Power generation market was our second largest market in the first quarter of 2016 representing 9% of sales, which is in line with the fourth quarter of 2015 and compares with 13% of sales in the first quarter of 2015. Sales were up 17% sequentially on a 21% increase in volume, although down 52% from the first quarter of 2015 on a similar decline in pounds shipped. The sequential increase in our power generation sales reflects the improved inventory balance in the channel and steady growth in maintenance requirements.

It’s worth knowing that GE was especially upbeat about the power market on their first quarter call which may point to some promise for the new build market. In addition to seeing early market place benefits from the addition of Oustem [ph], GE’s first quarter equipment orders in power were up 57% with 25 new orders for gas turbines versus 21 a year ago. Ultimately all this news is positive for our forger customers and through them for Universal Stainless.

In contrast, the news in the oil & gas market turned even more negative in the first quarter despite the increase in oil prices during the quarter. With comparatively strong fourth quarter our sales for the oil & gas market decreased 18% sequentially even with 4% higher shipments. Sales were down 45% from the first quarter of 2015 on a matching decline in volume. In total, our oil & gas sales represented 8% of total sales in the first quarter versus 13% in the fourth quarter and 11% in the first quarter of 2015.

Schlumberger did not mince words about the first quarter last week when they reported and I quote, “the decline in global activity and the rate of activity disruptions reach unprecedented levels as the industry has displayed clear signs of operating in a full scale cash crisis.” They noted that E&P spending fell again in the quarter and expect that to continue in the current quarter. There also has been an 80% drop in the land rig count in North America from its peak in October of 2014. However, despite recent surveys point to sizable reductions in global oil & gas spending in 2016, the remaining growth forecasts are remaining steady. At Universal we're staying close to the changing dynamics in oil & gas but we do not anticipate meaningful improvements in 2016. That said we expect to have some successes even in this very challenging market based on our new products and production improvements.

Heavy equipment market sales rose 10% -- rose to 10% of total sales in the first quarter from 9% of sales in the 2015 fourth quarter and 7% of sales in the first quarter of 2015. Heavy equipment market sales were up 37% sequentially on 51% higher volume and up 1% from the first quarter of 2015 on 25% higher volume. We said on our last call that we expected a solid year in automotive production and a gradual improvement in the plate business as we move through the year. Our first quarter prove to be on back with that comment and was supported by continued strength in the automotive market. We are hearing more chatter about an increasing cadence in model change hours which is a especially beneficial for tool steel demand.

Let me now turn the call over to our Chief Financial officer Ross Wilkin for his report. Ross?

Ross Cameron Wilkin

Thank you Denny. Encouragingly and as Denny noted our first quarter sales of $39.6 million delivered 25% sequential growth driven mainly by an increase in sales to the aerospace end market. Even with the first quarter increase sales were substantially lower than the first quarter of 2015, when sales were $56 million as market demand has only begun to recover after three quarters of channel destocking. From a gross margin standpoint, our first quarter gross margin of $1.3 million or 3.4% of net sales was modestly improved compared to the fourth quarter gross margin which was a negative $900,000 or negative 2.8% of net sales. The fourth quarter included idle plant charges of $1.9 million.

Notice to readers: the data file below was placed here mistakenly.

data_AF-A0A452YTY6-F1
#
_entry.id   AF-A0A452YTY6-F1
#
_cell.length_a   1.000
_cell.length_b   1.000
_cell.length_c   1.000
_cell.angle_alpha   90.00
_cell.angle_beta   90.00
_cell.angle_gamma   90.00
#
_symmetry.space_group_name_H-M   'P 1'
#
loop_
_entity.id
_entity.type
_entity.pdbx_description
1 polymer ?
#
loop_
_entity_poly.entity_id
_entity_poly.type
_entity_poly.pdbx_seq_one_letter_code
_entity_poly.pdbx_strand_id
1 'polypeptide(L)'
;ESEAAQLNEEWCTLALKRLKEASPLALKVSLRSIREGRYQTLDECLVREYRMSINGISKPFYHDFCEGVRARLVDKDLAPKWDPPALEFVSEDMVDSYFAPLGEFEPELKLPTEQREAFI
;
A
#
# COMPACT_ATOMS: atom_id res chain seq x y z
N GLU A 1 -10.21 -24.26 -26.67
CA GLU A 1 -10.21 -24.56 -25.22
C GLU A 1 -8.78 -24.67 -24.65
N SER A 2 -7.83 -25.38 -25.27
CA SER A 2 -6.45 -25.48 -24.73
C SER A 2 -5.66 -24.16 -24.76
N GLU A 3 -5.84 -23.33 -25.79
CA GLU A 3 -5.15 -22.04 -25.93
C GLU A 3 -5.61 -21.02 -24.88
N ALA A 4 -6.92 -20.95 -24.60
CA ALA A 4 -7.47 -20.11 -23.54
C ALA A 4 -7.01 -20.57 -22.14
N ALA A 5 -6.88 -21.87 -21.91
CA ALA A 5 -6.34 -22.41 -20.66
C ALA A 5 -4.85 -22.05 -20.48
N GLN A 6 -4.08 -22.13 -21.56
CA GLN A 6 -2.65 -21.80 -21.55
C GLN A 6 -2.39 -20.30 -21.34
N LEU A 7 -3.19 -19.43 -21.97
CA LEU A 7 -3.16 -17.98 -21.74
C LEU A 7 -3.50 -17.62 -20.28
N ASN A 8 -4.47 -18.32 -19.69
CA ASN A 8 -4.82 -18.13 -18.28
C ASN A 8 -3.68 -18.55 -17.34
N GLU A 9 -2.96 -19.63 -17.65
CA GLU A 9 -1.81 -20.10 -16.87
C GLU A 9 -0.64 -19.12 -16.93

Despite the first quarter gross margin improvement, the results continued to be negatively impacted by the ongoing misalignment of surcharges and melt costs. Misalignment is the net result of material costs that are calculated at the time of melt and surcharges that are calculated at the time of shipment on a two month lag. Only 17% of our first quarter sales were actually melted in the first quarter, 32% were melted in the fourth quarter, 24% in the third quarter, and 27% were melted in the first half of 2015 or earlier.

In addition to that misalignment our first quarter gross margin was impacted by the adverse effect of reduced fixed cost leverage on lower than normal sales volumes as well as the sell through of product produced during the inefficient second half of 2015. While we are beginning to see the early evidence of gross margin recovery as demonstrated in month by month improvement in our gross margin in the first quarter, more meaningful alignment of surcharges and melt cost will take at least another quarter assuming continued stability of commodity cost, mainly nickel, mali, and scrap.

Also included in our first quarter gross margin was a benefit of net gains on sales of fixed assets totaling $389,000 or 1% of net sales as you can see reflected on our consolidated statement of cash flow. Assets sold were those that have been unused in production for several years. To accelerate the recovery in our gross margin we have continued to execute all areas of operational savings with an emphasis on manufacturing productivity, supplier negotiation, and workforce optimization.